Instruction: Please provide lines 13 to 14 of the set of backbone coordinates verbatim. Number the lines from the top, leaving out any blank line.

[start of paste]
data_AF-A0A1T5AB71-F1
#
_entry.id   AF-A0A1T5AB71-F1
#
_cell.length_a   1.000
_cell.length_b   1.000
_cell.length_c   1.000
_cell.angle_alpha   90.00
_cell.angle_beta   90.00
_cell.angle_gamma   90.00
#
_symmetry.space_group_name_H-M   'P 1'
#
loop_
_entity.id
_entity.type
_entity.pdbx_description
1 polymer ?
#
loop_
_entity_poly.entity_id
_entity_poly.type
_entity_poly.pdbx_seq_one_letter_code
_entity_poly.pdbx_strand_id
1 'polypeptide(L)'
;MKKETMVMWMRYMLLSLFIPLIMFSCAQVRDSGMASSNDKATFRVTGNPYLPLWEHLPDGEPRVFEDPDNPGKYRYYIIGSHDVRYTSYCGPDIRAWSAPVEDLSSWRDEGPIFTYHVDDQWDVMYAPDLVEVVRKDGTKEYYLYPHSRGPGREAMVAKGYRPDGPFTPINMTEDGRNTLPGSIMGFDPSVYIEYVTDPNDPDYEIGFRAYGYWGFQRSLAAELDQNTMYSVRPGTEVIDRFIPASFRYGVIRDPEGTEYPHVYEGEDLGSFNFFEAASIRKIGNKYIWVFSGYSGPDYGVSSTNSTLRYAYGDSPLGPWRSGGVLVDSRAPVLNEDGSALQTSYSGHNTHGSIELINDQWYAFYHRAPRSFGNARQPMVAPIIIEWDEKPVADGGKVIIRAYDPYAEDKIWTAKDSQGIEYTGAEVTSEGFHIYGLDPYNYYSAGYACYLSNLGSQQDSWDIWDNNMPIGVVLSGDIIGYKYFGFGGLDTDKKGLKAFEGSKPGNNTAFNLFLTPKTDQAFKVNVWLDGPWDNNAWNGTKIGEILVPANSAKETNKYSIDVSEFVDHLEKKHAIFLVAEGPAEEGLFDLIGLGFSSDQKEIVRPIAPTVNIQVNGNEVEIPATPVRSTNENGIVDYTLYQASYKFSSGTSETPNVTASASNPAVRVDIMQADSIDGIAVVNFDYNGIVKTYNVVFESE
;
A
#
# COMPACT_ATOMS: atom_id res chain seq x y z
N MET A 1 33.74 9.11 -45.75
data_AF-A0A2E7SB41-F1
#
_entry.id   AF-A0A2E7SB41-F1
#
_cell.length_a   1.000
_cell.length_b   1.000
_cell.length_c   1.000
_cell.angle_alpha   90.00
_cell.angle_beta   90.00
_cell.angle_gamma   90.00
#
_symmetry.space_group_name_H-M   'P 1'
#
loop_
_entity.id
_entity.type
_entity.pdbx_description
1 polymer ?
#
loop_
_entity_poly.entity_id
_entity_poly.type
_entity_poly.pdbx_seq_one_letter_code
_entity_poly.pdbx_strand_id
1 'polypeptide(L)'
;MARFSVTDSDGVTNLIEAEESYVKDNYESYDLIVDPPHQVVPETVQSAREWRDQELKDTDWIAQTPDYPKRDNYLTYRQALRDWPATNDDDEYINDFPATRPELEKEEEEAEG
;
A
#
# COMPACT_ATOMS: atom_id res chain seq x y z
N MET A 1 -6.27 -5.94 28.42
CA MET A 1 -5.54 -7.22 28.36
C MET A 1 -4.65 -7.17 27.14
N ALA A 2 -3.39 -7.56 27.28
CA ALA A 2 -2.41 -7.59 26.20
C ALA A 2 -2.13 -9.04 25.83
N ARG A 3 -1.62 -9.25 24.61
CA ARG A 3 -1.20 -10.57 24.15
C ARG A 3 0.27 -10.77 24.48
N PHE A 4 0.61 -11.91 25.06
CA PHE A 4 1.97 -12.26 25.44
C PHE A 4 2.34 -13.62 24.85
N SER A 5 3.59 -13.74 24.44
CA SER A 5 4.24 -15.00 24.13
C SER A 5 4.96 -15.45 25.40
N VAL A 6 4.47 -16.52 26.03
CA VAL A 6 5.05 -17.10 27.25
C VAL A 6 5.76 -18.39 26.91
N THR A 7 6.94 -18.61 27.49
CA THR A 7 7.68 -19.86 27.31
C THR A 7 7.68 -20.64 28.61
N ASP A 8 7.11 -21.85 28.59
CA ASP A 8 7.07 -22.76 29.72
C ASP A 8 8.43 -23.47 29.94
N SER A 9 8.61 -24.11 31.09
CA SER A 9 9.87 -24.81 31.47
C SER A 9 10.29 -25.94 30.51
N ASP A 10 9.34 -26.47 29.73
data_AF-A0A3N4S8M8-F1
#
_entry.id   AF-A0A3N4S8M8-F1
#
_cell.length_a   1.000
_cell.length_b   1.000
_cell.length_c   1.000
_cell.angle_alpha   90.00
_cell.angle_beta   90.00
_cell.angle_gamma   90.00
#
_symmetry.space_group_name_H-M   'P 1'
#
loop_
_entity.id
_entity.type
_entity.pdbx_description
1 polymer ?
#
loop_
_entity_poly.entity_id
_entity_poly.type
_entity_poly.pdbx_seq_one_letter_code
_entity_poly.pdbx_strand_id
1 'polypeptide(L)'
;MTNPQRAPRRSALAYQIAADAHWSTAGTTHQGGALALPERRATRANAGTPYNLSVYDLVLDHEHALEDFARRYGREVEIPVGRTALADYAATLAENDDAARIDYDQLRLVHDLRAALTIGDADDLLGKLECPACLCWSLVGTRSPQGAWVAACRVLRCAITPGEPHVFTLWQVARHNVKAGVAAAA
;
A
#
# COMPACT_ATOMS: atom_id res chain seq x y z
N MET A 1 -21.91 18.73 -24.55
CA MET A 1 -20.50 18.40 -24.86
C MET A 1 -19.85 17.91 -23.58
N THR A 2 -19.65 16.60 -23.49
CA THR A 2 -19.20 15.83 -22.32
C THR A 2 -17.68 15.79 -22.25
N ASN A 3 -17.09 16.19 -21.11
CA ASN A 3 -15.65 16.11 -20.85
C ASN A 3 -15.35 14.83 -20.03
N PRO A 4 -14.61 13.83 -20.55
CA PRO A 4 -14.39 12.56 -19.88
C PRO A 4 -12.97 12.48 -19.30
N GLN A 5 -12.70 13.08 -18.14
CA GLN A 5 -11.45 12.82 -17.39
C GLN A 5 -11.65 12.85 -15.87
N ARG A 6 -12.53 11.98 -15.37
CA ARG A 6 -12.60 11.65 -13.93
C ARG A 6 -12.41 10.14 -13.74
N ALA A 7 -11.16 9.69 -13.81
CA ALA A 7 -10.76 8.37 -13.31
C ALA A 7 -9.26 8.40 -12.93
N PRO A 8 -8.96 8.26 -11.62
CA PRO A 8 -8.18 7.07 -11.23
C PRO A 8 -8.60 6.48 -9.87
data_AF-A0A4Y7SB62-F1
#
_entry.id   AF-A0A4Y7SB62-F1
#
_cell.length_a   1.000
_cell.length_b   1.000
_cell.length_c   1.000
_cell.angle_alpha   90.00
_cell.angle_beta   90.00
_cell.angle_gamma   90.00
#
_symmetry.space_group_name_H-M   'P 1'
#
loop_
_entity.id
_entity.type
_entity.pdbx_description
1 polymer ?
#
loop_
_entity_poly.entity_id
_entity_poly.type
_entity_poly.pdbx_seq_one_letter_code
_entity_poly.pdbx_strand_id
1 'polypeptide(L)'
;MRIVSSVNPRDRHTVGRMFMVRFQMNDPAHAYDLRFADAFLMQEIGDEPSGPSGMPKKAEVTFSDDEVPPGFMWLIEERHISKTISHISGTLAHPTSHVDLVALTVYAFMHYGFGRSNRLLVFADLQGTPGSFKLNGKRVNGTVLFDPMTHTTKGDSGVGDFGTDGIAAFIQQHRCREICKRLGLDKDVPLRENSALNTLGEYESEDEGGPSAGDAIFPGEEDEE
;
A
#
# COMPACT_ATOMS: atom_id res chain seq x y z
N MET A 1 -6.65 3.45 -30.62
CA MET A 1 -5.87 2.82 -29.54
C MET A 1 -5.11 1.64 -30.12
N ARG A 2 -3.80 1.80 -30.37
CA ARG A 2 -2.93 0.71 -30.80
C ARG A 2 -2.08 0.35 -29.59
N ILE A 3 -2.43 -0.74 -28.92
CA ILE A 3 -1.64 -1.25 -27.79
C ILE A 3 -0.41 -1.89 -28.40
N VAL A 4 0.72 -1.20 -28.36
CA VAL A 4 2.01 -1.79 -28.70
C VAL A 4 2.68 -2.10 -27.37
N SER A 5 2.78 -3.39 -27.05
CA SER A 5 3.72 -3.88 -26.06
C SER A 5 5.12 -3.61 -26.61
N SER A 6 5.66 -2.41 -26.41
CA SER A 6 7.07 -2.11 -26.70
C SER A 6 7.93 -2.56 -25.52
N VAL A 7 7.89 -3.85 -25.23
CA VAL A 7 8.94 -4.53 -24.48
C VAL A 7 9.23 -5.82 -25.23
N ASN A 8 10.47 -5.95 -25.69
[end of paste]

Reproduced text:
#
loop_